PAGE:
Feast of Rousa

Rousa, Feast of

Between April 29 and June 2; the 25th day after Easter
In parts of Greece, the Feast of Mid-Pentecost, which occurs on the 25th day after Easter, is called the Feast of Rousa (or Rosa). On this day, a special ceremony is performed to ward off scarlatina, or scarlet fever. The children bake rolls out of flour, butter, honey, sesame oil, and other ingredients which they have collected from their neighbors. Along with other foods, these are eaten at a children's banquet, which is followed by singing and dancing. Central to the ceremony, however, is the baking of special ring-shaped cakes, which can only be made by a girl whose name is unique in the neighborhood and which must be baked in a specially built oven.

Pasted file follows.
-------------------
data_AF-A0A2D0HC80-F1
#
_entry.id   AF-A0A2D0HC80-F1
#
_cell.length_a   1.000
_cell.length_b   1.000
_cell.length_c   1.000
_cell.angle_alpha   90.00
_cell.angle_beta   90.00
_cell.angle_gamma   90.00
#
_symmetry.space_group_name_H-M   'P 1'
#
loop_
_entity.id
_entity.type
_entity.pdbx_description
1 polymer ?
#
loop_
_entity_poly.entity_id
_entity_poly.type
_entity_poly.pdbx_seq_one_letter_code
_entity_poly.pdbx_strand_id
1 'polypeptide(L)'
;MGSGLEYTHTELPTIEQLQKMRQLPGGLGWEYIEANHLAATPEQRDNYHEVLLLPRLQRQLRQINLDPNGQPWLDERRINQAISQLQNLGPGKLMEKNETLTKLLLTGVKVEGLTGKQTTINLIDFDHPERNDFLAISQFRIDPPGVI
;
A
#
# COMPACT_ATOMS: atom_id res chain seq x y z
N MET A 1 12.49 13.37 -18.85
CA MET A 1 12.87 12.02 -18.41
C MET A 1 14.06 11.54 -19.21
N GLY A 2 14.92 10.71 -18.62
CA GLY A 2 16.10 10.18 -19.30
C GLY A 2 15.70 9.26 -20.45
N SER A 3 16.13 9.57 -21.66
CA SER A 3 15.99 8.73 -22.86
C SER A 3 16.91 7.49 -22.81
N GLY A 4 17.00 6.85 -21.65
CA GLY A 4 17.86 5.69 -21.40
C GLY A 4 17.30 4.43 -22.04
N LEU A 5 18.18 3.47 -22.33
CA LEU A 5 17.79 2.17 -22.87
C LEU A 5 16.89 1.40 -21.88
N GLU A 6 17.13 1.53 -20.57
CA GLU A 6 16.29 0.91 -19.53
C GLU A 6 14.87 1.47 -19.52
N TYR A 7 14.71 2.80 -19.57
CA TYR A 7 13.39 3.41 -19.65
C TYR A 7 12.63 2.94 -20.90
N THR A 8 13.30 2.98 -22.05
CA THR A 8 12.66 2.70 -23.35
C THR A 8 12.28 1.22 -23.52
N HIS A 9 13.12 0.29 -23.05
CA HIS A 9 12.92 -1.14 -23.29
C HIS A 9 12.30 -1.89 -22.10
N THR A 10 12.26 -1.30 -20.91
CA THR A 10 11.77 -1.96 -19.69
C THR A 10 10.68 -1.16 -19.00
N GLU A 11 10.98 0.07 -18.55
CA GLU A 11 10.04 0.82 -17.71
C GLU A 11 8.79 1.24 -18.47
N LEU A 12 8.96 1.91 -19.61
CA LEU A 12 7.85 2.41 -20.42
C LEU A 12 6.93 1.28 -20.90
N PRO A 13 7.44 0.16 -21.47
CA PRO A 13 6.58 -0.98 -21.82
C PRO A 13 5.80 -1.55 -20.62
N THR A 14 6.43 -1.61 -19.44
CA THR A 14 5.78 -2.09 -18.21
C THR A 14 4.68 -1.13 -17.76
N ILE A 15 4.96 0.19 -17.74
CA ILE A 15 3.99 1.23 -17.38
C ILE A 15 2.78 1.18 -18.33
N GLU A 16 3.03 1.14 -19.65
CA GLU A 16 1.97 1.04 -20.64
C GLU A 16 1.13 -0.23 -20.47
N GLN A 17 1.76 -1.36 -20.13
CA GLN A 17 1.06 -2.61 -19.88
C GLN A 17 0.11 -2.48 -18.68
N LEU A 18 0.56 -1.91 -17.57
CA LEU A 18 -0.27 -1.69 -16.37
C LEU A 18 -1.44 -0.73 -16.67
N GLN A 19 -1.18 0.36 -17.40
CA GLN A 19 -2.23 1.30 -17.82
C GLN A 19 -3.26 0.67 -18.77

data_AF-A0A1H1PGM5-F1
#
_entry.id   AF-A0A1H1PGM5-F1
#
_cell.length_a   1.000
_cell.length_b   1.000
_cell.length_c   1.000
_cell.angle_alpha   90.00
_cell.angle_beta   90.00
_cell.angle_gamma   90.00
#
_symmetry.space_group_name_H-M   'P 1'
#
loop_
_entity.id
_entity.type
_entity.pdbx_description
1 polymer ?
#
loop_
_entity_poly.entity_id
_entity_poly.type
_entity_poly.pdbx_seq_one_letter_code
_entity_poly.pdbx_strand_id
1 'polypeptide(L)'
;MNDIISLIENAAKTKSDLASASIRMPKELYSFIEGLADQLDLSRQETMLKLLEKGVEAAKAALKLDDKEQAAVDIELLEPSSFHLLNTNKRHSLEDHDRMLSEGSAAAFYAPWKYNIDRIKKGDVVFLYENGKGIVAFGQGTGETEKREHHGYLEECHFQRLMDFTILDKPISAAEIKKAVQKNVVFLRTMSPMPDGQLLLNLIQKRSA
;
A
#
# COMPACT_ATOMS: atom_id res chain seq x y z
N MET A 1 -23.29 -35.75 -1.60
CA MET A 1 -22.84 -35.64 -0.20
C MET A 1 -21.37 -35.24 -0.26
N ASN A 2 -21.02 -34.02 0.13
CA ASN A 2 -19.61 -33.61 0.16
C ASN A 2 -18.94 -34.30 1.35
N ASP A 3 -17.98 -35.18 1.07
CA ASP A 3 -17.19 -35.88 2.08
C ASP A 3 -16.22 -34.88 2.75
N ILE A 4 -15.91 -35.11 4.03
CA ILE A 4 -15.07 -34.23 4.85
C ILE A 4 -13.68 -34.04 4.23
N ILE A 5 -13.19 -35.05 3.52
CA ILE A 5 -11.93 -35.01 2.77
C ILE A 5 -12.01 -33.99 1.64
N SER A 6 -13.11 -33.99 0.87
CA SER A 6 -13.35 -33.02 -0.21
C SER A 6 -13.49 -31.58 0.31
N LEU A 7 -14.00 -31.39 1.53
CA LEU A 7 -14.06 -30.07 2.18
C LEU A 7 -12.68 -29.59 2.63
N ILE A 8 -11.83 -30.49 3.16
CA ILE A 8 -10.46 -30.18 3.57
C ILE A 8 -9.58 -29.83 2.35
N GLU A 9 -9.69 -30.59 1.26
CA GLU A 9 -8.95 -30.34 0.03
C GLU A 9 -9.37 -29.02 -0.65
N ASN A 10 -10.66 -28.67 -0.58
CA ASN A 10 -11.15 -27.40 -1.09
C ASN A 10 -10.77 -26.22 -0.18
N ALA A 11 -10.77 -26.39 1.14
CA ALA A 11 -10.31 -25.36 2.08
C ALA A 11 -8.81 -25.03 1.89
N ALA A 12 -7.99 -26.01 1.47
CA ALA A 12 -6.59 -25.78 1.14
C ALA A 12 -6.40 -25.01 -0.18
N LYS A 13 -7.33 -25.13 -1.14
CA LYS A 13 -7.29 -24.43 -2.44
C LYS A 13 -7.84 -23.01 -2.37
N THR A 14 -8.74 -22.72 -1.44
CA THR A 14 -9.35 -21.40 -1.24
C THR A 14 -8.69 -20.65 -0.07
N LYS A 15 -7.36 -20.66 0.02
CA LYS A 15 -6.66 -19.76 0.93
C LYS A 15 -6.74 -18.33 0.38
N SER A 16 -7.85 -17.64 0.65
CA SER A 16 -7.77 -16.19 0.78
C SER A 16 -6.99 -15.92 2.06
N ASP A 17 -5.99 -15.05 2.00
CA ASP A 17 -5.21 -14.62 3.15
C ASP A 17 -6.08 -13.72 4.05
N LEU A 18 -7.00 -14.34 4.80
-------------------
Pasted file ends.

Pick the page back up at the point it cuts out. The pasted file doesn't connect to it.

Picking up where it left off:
After the banquet is over, these ring-shaped cakes are divided among the children and hung up to dry. If any of the children who participated in the feast come down with scarlet fever or any similar disease, a piece of the cake is pounded and sprinkled over their skin, which has already been smeared with molten sugar, honey, or sesame oil. This is believed to be an infallible cure.
While the name of this feast is widely believed to come from the crimson rash that accompanies scarlet fever, it may also be a remnant of the old Roman festival known as Rosalia, or Feast of the Roses.
SOURCES:
FolkWrldHol-1999, p. 252